Mechanical Compaction of Highly Porous Carbonates: Instabilities and Permeability Evolution

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Copyright: Chen, Xiao
Carbonate rocks have a diversity of uses, including engineering construction (e.g., road/railway base, building stone), environmental applications (carbon dioxide sequestration, nuclear waste disposal) and energy extraction and storage (hydrocarbon and geothermal operations). Before planning and operating energy and civil engineering applications, it is crucial to obtain an understanding of the mechanical properties, the criterion and evolution of failure and the resultant permeability evolution of carbonate rocks under various geological and engineering loads. This doctoral thesis presents a comprehensive experimental investigation into the dynamic evolution of deformation bands, their nucleation and propagation in highly porous carbonates and their impact on permeability evolution. Mt Gambier limestone - a fossil-rich, highly porous carbonate rock - is the main subject of this study. Two different sizes of the specimens were tested under various loading conditions representing in situ geological scenarios. A newly built in-situ X-ray transparent cell has been used to provide a microscopic perspective of the dynamic evolution through time-lapse triaxial compression experiments. These analyses were supplemented by macroscopic observations using standard triaxial compression experiments on larger samples. The transition of failure modes was examined by testing the sample response under various confining pressures to determine the critical parameters for nucleation of compaction bands. Using advanced imaging techniques (e.g., X-ray tomography, 2D digital image correlation and 3D digital volume correlation), the nucleation of the compaction bands was shown to be highly affected by local heterogeneity. The growth of the thickness of compaction bands shows a simple linear relationship with axial strain. A special emphasis for reservoir application is an understanding of the permeability evolution during the formation of compaction bands. This was analysed using qualitative and quantitative methods, X-ray CT based, micro-structurally enriched continuum models and fractal analysis. Experiments performed under dry conditions at room temperature, as well as inert gas (Helium) and fluid (purified Kerosene) saturated samples at temperatures ranging from 25 °C to 80 °C were performed to investigate the effect of coupled thermal-hydro-mechanical-chemical (THMC) processes on formation of compaction bands. The analysis found that a moderate temperature rise can result in a drastic transition of deformation mode from dominantly ductile diffuse band growth at a lower temperature to prevailing brittle growth at a higher temperature. This unusual material behaviour has been proposed to be due to a transition in nucleation mechanism from rate-sensitive creep process-controlled at low temperature to ideal plastic pore collapse at high temperature. In order to evaluate the critical factors controlling the nucleation and dynamic evolution of compaction bands, a series of artificial materials were tested using a digital imaging assisted experimental setup. It was found that not all porous materials formed discrete compaction bands, and the nucleation of bands was restricted to granular and porous solid materials that show a competition between local processes. Compaction bands were found to nucleate only when the competing processes of collapsing macro-pores and the microporous skeleton deformation triggered incompatibilities with the large-scale force equilibrium condition.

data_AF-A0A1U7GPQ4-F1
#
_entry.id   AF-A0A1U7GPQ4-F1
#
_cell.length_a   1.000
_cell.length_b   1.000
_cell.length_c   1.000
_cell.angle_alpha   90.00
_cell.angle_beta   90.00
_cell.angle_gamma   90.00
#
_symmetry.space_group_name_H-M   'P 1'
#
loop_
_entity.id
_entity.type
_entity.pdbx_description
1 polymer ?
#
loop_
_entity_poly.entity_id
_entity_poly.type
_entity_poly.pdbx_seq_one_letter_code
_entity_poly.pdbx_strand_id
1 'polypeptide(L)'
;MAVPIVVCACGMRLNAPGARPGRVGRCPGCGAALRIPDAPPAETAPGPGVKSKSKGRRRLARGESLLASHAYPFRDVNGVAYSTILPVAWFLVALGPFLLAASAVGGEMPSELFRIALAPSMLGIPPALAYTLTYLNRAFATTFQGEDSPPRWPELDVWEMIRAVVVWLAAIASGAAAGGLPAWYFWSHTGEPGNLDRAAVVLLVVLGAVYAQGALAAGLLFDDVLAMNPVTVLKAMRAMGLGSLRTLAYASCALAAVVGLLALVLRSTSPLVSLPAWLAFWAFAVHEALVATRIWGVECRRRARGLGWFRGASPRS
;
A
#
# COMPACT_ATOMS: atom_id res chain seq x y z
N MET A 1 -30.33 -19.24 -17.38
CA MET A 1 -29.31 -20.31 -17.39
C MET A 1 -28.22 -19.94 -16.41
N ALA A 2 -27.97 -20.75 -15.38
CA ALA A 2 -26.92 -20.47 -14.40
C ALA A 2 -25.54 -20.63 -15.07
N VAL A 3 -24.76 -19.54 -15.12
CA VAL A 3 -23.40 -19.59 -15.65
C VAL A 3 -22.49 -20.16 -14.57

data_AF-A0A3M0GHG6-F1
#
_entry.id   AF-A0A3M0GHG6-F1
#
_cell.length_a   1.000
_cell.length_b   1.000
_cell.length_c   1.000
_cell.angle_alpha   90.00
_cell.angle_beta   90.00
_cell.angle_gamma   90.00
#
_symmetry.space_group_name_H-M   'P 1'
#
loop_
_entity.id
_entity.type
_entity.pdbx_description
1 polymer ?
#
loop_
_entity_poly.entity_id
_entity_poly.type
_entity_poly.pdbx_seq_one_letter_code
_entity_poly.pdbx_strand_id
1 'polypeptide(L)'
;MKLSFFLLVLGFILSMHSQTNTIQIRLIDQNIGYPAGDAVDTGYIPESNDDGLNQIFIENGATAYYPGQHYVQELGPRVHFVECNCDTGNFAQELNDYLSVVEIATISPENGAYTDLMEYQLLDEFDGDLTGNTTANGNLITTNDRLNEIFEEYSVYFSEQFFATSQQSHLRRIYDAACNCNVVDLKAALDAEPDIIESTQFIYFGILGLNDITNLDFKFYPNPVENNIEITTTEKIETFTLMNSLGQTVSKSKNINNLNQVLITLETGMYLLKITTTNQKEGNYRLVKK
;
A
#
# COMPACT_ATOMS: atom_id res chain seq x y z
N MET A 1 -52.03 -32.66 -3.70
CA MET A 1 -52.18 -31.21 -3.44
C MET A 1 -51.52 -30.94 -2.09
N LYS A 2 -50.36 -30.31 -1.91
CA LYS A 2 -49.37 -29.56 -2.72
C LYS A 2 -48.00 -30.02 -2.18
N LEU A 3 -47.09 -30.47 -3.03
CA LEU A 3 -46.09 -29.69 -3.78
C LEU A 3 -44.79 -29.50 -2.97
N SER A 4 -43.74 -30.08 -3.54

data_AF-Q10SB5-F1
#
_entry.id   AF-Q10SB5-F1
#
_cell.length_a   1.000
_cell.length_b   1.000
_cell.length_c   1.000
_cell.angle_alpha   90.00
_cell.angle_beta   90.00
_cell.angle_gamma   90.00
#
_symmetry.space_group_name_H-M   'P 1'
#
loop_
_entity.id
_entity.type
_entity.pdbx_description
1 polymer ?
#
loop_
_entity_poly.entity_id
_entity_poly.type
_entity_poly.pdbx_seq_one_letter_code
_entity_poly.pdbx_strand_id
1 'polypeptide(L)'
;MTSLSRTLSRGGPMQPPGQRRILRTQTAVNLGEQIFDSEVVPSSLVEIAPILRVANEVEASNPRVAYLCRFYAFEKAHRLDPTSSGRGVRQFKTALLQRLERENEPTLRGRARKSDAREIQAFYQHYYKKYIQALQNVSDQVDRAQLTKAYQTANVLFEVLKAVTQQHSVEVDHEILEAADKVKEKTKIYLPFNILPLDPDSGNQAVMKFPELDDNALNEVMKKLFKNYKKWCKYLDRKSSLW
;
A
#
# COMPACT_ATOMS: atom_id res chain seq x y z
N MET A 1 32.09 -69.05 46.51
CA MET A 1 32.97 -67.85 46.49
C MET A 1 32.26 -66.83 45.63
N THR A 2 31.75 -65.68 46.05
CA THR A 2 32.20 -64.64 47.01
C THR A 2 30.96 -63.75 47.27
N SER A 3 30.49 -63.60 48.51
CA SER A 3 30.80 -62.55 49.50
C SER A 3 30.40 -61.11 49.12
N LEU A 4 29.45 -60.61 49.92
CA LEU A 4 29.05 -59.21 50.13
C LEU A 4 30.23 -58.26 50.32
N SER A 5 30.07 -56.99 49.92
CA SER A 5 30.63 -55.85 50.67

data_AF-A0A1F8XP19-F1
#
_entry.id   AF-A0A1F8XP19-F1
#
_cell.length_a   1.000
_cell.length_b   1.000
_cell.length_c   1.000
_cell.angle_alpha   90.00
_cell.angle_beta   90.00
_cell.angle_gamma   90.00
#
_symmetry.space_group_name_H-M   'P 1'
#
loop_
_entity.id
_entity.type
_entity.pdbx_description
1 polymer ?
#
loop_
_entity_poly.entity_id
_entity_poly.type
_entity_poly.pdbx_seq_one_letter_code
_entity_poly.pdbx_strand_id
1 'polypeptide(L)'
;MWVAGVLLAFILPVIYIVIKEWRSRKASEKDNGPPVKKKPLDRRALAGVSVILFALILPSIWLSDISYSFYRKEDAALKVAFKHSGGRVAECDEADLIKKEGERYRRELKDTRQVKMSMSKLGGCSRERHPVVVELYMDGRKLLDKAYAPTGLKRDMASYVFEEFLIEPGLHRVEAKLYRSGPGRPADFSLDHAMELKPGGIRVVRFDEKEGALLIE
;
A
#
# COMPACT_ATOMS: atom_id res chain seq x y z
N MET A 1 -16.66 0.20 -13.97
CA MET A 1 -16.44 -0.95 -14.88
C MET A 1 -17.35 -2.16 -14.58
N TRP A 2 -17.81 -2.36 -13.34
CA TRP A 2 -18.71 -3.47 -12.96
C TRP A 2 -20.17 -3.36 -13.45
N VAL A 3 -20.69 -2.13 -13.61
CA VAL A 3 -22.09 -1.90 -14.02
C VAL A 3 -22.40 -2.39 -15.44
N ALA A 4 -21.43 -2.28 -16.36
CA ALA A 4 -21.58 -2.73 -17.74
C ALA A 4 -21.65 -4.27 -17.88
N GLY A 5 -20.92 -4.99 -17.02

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PhD Doctorate
UNSW Faculty
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